He added that recording a short video of the eclipse on a smartphone could also be useful because it would also record the sound of the surrounding environment, such as people in the area.

Plan for the weather

Weather can play a role in how the eclipse image appears. If cloud cover — the part of the sky obscured by clouds — is above average, it can be difficult to capture perfect moments.

Honda will be in Fredericksburg, Texas, during the eclipse, which has historically low cloud cover in early April compared to other parts of the country, Honda says.

If your plans will be in an area of ​​the overall path and the forecast calls for a cloudy day, Honda recommends being flexible.


“If you're in a location where weather is likely, keep an eye on cloud cover,” he said. “If the weather is coming, try to be mobile…check the roads about a day or two before and make a plan to try to get to a different location.”

Even if there are clouds in the sky, it will still be darker during the total eclipse period and good photos can still be taken, Honda said.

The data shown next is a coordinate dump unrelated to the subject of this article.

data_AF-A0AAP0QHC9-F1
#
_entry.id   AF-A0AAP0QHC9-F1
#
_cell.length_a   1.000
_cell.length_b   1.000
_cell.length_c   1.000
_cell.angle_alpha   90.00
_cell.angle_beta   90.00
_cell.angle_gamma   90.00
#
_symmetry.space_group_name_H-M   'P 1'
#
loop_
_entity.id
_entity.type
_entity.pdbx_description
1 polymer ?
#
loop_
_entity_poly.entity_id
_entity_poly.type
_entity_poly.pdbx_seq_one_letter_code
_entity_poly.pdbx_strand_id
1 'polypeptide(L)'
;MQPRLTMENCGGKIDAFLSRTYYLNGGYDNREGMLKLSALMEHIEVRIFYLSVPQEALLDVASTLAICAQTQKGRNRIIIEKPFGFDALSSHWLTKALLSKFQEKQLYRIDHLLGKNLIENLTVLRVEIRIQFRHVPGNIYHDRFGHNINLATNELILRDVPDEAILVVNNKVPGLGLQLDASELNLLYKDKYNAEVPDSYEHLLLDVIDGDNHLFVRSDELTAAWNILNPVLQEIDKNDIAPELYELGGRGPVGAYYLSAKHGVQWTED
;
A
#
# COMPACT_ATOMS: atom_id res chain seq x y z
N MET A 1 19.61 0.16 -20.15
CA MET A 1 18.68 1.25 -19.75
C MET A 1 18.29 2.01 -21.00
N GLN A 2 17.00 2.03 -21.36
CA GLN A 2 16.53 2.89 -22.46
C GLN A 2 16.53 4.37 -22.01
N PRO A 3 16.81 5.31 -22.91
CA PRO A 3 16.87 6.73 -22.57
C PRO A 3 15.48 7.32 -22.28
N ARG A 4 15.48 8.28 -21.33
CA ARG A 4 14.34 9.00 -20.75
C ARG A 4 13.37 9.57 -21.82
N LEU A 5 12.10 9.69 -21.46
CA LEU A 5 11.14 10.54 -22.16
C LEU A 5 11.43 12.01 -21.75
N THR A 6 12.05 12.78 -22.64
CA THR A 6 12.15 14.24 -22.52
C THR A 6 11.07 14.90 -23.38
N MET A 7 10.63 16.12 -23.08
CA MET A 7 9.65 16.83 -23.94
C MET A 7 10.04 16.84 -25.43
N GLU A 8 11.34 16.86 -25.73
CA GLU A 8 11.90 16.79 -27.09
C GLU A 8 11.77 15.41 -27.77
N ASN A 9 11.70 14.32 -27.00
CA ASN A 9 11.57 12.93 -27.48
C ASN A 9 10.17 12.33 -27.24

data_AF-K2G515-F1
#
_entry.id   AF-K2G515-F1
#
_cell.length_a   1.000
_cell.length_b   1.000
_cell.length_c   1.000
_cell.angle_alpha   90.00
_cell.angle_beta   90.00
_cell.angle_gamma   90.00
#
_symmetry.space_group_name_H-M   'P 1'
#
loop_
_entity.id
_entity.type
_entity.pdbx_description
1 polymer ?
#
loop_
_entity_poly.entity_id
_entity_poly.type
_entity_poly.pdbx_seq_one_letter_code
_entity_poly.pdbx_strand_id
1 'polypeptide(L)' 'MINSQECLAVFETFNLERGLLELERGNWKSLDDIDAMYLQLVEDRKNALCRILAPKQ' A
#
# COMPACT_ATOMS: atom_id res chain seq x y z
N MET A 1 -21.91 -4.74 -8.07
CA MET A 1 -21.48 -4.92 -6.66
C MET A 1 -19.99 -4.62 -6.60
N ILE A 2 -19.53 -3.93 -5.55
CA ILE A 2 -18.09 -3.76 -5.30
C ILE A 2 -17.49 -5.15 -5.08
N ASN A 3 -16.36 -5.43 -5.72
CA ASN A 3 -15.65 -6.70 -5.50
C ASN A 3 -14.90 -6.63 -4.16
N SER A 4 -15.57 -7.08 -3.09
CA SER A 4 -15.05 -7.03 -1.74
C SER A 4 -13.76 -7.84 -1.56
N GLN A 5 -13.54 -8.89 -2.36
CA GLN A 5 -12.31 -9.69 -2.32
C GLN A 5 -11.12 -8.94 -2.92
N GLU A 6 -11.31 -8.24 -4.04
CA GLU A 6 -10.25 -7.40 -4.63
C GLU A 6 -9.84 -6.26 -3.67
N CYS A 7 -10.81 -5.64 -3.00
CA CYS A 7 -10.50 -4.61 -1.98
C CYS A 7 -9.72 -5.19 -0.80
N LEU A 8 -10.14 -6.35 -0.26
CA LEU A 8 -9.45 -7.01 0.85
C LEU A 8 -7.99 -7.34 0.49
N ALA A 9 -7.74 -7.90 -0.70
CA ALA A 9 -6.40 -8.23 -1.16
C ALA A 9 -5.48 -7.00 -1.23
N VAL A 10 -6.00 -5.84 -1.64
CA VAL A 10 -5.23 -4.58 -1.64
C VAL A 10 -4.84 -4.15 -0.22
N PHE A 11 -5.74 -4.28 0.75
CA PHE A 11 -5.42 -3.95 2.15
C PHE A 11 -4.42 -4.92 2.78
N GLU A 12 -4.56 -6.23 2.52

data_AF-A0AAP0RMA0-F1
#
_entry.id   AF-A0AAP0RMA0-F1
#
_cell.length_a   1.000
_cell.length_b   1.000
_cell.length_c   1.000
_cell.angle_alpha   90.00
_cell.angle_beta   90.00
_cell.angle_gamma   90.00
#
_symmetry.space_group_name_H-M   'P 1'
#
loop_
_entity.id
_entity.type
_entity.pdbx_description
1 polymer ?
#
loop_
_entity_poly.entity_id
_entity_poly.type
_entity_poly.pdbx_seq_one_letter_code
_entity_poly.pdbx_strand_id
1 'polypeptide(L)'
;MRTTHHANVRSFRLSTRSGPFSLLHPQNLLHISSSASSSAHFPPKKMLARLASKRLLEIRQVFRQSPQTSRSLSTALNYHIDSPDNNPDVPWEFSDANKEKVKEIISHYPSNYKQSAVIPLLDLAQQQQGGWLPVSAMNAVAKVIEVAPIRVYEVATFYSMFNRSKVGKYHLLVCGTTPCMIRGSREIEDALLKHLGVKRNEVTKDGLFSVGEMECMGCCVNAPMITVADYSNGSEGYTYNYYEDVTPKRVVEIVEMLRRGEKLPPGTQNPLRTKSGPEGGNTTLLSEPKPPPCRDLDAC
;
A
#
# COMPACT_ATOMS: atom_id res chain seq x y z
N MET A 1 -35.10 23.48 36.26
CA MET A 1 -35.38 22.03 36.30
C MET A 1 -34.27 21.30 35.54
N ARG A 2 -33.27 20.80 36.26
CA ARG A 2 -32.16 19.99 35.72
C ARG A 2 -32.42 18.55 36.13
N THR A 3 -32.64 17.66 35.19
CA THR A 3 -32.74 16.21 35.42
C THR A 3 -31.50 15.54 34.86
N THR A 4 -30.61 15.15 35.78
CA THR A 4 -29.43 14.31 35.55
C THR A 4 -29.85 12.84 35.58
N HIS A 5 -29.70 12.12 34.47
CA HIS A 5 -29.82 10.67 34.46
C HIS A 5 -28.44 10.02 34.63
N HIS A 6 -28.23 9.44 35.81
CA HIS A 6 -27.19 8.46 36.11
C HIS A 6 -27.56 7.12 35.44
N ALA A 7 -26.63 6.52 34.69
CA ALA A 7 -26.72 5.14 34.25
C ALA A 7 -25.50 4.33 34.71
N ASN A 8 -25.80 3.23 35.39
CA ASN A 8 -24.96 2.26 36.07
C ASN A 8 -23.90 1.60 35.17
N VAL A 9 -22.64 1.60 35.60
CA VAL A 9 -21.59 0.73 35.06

Practice, practice, practice

To make sure you understand your camera's capabilities, Honda said it's a good idea to practice taking photos with your camera.

until NASA Recommended exercise. The Federal Space Agency advises eclipse observers to become familiar with adjustable exposures to help darken or lighten the image as well as to practice how to focus the camera manually.

“Practice a lot before April 8,” Honda said. “If your spot is clear, the sun will shine and you can definitely practice a little bit trying to get the sun in the frame.”

Enjoy the moment

Honda said that although it may be fun to take a great photo of the eclipse, the most important thing is to enjoy the event you are witnessing.

“It's one of these amazing events that you'll never forget,” he said. “I think the best thing is to try to enjoy the eclipse as much as you can, because it can be a once-in-a-lifetime opportunity.”